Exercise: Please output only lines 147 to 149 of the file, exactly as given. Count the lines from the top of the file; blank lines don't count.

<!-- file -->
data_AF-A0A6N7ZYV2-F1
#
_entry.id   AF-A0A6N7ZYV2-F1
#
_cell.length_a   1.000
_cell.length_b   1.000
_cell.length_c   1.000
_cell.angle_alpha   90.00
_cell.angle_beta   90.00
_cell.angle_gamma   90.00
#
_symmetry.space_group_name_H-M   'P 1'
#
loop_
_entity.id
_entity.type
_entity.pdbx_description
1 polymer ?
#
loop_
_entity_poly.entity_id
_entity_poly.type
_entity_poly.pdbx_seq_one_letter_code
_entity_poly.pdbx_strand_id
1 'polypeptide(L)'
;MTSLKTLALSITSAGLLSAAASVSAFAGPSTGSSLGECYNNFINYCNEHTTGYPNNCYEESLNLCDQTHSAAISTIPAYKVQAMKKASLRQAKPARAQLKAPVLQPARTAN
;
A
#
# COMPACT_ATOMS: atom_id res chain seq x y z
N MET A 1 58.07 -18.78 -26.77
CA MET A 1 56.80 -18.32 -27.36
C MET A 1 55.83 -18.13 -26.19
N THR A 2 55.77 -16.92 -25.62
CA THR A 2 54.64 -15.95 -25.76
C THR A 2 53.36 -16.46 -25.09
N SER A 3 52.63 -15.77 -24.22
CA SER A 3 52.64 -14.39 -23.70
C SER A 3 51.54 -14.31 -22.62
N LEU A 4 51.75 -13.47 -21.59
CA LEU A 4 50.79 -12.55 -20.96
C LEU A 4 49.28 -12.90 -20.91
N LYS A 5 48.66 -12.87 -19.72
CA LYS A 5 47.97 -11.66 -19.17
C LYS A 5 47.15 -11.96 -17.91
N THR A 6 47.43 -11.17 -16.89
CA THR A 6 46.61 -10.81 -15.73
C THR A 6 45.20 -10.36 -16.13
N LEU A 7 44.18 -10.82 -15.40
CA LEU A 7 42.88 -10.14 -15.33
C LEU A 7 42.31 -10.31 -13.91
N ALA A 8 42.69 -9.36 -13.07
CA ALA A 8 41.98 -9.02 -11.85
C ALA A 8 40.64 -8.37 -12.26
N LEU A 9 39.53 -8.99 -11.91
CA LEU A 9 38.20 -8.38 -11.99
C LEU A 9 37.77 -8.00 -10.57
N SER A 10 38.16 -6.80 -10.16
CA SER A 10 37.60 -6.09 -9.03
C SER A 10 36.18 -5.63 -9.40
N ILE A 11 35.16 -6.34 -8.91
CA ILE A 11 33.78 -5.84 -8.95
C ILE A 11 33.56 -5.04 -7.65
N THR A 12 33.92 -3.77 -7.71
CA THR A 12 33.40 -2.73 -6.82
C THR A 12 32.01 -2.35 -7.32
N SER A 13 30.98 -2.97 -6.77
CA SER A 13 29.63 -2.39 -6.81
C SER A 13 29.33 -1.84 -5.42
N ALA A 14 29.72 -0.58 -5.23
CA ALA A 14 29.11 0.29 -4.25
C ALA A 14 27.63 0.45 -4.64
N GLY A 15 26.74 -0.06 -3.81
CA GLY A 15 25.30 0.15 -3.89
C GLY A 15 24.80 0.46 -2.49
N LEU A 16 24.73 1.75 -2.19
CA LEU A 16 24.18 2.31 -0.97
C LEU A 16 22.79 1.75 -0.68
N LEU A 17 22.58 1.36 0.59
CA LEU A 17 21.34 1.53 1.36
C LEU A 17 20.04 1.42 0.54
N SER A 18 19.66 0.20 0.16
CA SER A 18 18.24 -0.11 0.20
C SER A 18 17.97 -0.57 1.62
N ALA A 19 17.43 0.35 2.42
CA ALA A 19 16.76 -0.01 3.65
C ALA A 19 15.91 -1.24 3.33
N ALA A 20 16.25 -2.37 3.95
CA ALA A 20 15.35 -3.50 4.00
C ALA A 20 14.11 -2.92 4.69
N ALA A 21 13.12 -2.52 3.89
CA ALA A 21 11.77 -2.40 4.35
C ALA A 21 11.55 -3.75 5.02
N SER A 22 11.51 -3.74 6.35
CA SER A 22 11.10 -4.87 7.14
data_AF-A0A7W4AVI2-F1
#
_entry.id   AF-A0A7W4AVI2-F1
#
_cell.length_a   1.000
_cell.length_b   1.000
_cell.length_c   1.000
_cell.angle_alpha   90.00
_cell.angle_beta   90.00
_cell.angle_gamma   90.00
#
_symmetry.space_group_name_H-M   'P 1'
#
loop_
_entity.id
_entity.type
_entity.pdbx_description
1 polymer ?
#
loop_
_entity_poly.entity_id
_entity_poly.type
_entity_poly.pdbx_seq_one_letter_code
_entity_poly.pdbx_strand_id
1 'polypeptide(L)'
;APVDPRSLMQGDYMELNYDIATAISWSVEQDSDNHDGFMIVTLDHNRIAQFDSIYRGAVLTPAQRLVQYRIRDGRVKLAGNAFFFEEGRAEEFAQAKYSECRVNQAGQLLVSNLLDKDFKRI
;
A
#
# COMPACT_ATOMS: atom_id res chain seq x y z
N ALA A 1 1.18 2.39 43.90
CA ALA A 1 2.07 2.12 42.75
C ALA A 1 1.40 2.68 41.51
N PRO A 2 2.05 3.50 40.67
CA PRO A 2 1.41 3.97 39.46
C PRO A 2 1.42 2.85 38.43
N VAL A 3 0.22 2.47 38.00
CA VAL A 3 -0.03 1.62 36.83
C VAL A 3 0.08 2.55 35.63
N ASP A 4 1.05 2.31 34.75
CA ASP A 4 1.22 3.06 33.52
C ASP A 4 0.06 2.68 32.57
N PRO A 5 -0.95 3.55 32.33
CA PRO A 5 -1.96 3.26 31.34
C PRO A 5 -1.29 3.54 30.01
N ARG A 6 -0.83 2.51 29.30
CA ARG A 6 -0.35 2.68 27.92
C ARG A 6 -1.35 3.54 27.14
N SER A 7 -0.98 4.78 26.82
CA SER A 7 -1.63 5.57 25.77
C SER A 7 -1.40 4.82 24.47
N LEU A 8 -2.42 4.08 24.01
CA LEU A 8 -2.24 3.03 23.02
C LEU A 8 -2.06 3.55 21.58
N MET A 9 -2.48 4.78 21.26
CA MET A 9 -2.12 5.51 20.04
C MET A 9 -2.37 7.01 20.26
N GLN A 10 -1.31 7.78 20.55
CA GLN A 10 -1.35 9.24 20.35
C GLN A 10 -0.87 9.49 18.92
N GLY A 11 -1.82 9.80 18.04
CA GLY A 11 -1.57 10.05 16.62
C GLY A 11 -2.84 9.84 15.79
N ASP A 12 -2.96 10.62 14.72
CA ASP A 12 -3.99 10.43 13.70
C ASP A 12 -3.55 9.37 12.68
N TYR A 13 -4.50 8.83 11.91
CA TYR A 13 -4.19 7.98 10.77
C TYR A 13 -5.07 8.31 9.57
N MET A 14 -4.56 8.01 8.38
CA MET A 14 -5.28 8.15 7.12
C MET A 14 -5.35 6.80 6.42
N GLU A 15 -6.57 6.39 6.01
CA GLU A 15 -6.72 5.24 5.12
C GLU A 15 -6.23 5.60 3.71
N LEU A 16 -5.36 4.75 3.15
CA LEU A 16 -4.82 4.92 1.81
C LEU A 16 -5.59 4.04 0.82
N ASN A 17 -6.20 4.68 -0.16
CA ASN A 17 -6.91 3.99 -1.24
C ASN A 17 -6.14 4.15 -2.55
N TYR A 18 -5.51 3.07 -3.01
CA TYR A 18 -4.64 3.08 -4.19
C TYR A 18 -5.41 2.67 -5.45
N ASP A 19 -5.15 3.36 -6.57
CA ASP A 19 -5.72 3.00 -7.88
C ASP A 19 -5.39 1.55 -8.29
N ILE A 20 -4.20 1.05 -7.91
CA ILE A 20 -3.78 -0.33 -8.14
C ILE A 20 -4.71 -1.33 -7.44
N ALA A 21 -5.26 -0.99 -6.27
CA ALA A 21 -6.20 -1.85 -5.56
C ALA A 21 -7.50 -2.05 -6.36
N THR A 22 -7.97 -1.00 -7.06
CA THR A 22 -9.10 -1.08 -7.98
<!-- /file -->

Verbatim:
N LEU A 8 -2.42 4.08 24.01
CA LEU A 8 -2.24 3.03 23.02
C LEU A 8 -2.06 3.55 21.58